Hong Jang Hyun recently uploaded a serene view of a forest-like location in San Francisco. Chung Ji Sang, on the other hand, shared a breathtaking view from the Palace Hotel. Another post shows Akeel Nelson holding a bunch of balloons believed to be props for the Song-Song couple’s photo shoot.

It can be recalled that Song Joong Ki and Song Hye Kyo were spotted at LAX airport earlier this week as they jetted to San Francisco. Numerous photos of the couple at the airport and onboard the plane have surfaced online as well, adding more to the anticipation of their avid fans.

San Francisco is reportedly a special place for the Song-Song couple. Apparently, the couple privately traveled there last year, with Song Hye Kyo expressing her admiration of the city.

Song Joong Ki and Song Hye Kyo are expected to walk down the aisle on October 31 at the Shilla Hotel.Read more at:wedding dresses australia | wedding gowns sydney

Sponsored weddings are on the rise but should guests still pay the hongbao price

Le 7 septembre 2017, 05:33 dans Humeurs 0

When guests attended Instagram influencer Melissa Celestine Koh's wedding dinner last month, many were initially wowed by the unique touches at the event.

The 28-year-old has some 234,000 followers on her main Instagram account. She has another Instagram account with 16,700 followers.

Beyond a photo booth, which has now become de rigueur at wedding celebrations, there was a flower bar where guests could design their own hand bouquets; a styling counter with make-up artists on hand to give guests a makeover using Dior cosmetics; and instead of servers offering Coke or punch, guests could help themselves to gin and tonic.

Upon entering the glitzy RitzCarlton Millenia Singapore hotel ballroom, guests were further treated to wedding favours in the form of TWG tea, macarons and artisanal soap.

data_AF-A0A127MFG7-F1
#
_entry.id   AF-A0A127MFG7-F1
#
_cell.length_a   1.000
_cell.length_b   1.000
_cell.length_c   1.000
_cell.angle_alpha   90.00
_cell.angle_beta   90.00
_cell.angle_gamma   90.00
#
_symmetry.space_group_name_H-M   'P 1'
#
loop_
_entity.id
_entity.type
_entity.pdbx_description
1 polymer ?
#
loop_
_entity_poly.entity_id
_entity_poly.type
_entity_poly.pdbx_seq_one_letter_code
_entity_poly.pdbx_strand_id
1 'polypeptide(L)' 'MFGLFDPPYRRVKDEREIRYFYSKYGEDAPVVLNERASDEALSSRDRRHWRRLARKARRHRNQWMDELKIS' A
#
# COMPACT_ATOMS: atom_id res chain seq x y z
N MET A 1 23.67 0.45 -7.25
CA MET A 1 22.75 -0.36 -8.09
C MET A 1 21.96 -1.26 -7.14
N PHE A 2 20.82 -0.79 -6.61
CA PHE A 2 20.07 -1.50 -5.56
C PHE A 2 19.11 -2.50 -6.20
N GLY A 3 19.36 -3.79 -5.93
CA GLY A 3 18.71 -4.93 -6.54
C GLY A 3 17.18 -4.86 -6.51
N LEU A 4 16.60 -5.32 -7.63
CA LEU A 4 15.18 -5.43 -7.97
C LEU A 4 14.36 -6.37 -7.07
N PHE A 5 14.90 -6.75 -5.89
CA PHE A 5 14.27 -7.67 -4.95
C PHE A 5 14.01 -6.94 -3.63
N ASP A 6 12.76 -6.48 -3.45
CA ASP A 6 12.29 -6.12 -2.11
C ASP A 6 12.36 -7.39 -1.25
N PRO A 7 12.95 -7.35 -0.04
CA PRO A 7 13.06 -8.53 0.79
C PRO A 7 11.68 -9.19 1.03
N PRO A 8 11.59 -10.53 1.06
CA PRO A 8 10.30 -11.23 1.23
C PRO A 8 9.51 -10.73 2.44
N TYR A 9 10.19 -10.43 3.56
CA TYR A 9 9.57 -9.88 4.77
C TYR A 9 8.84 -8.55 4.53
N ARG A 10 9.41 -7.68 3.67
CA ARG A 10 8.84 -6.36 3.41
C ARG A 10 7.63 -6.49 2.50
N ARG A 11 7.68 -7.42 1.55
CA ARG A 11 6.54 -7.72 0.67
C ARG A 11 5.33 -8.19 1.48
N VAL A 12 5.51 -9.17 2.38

Some guests wondered if all that they were being treated to were sponsored products.

Curiosity turned to suspicion, then anger, when some of the guests examined the wedding dinner menu, on a TWG Tea letterhead, which offered tea pairings with each course.

It seemed to them that the wedding dinner was heavily sponsored.

Other guests were further incensed when Ms Koh began giving shoutouts to various brands involved in the wedding on Instagram in the days following the event.

Her thank-you posts, which included big names such as crystal brand Swarovski and luxury jeweller Tiffany & Co, served to fuel guests' ire that the couple had not needed to pay much for their wedding.

What was the point of giving a hongbao, or red packet, if virtually everything was paid for?

"I felt cheated," says a guest at the dinner, who wanted to be known only as Min, 27. She has known Ms Koh since university.

"The sponsorships cheapened the wedding, made it insincere, and I felt as though she had made money off me through her wedding."

Another university friend, who also attended the dinner and wanted to be known only as Tim, 32, felt that Ms Koh had "created an ethical problem" by not declaring the various sponsorships to guests prior to the wedding.

"I would have given her an ang pow in any case, but changed the amount I put in it," he says.

While it is common knowledge that celebrities and other well known personalities are frequently dressed by various brands for their weddings, at red-carpet events and other personal engagements, sponsorship has found its way into the weddings of influencers - ordinary individuals who are able to amass a substantial following and reach on social media platforms.

Several sponsors for Ms Koh's wedding told The Straits Times that while they are used to dressing celebrities and loaning them items, her wedding was the first time they accorded such privileges to an influencer.

The Ritz-Carlton Millenia Singapore confirmed that it had a "partnership" with Ms Koh which showcased the planning milestones in a wedding couple's journey, including a food tasting, bridal spa party, and the actual wedding banquet.

The hotel declined to give further details, citing respect for their guests' privacy.

Ms Koh's nine bridesmaids had 27 dresses made for them by designer dress brand Juillet, which amounted to some $5,000.